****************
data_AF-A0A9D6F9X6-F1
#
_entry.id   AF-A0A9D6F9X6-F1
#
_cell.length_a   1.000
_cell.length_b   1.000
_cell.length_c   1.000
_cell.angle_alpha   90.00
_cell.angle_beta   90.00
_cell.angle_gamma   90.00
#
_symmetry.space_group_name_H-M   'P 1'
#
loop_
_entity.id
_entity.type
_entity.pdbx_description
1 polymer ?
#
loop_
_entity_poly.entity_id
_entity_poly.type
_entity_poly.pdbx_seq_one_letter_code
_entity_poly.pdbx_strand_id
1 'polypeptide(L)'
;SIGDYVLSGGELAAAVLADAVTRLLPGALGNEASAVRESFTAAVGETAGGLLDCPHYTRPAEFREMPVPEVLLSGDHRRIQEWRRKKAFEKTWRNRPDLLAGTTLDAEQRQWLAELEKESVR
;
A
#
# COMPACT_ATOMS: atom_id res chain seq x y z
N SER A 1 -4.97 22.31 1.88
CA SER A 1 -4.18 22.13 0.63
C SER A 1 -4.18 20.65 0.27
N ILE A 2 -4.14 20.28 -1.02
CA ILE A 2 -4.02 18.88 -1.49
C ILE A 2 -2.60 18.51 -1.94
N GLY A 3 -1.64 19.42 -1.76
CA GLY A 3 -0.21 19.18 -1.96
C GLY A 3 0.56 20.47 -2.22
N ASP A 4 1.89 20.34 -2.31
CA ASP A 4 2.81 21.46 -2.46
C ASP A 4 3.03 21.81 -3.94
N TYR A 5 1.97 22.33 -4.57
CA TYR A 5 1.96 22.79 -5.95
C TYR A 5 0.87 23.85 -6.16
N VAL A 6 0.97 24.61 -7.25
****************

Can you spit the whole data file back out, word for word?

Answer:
data_AF-A0A9D6F9X6-F1
#
_entry.id   AF-A0A9D6F9X6-F1
#
_cell.length_a   1.000
_cell.length_b   1.000
_cell.length_c   1.000
_cell.angle_alpha   90.00
_cell.angle_beta   90.00
_cell.angle_gamma   90.00
#
_symmetry.space_group_name_H-M   'P 1'
#
loop_
_entity.id
_entity.type
_entity.pdbx_description
1 polymer ?
#
loop_
_entity_poly.entity_id
_entity_poly.type
_entity_poly.pdbx_seq_one_letter_code
_entity_poly.pdbx_strand_id
1 'polypeptide(L)'
;SIGDYVLSGGELAAAVLADAVTRLLPGALGNEASAVRESFTAAVGETAGGLLDCPHYTRPAEFREMPVPEVLLSGDHRRIQEWRRKKAFEKTWRNRPDLLAGTTLDAEQRQWLAELEKESVR
;
A
#
# COMPACT_ATOMS: atom_id res chain seq x y z
N SER A 1 -4.97 22.31 1.88
CA SER A 1 -4.18 22.13 0.63
C SER A 1 -4.18 20.65 0.27
N ILE A 2 -4.14 20.28 -1.02
CA ILE A 2 -4.02 18.88 -1.49
C ILE A 2 -2.60 18.51 -1.94
N GLY A 3 -1.64 19.42 -1.76
CA GLY A 3 -0.21 19.18 -1.96
C GLY A 3 0.56 20.47 -2.22
N ASP A 4 1.89 20.34 -2.31
CA ASP A 4 2.81 21.46 -2.46
C ASP A 4 3.03 21.81 -3.94
N TYR A 5 1.97 22.33 -4.57
CA TYR A 5 1.96 22.79 -5.95
C TYR A 5 0.87 23.85 -6.16
N VAL A 6 0.97 24.61 -7.25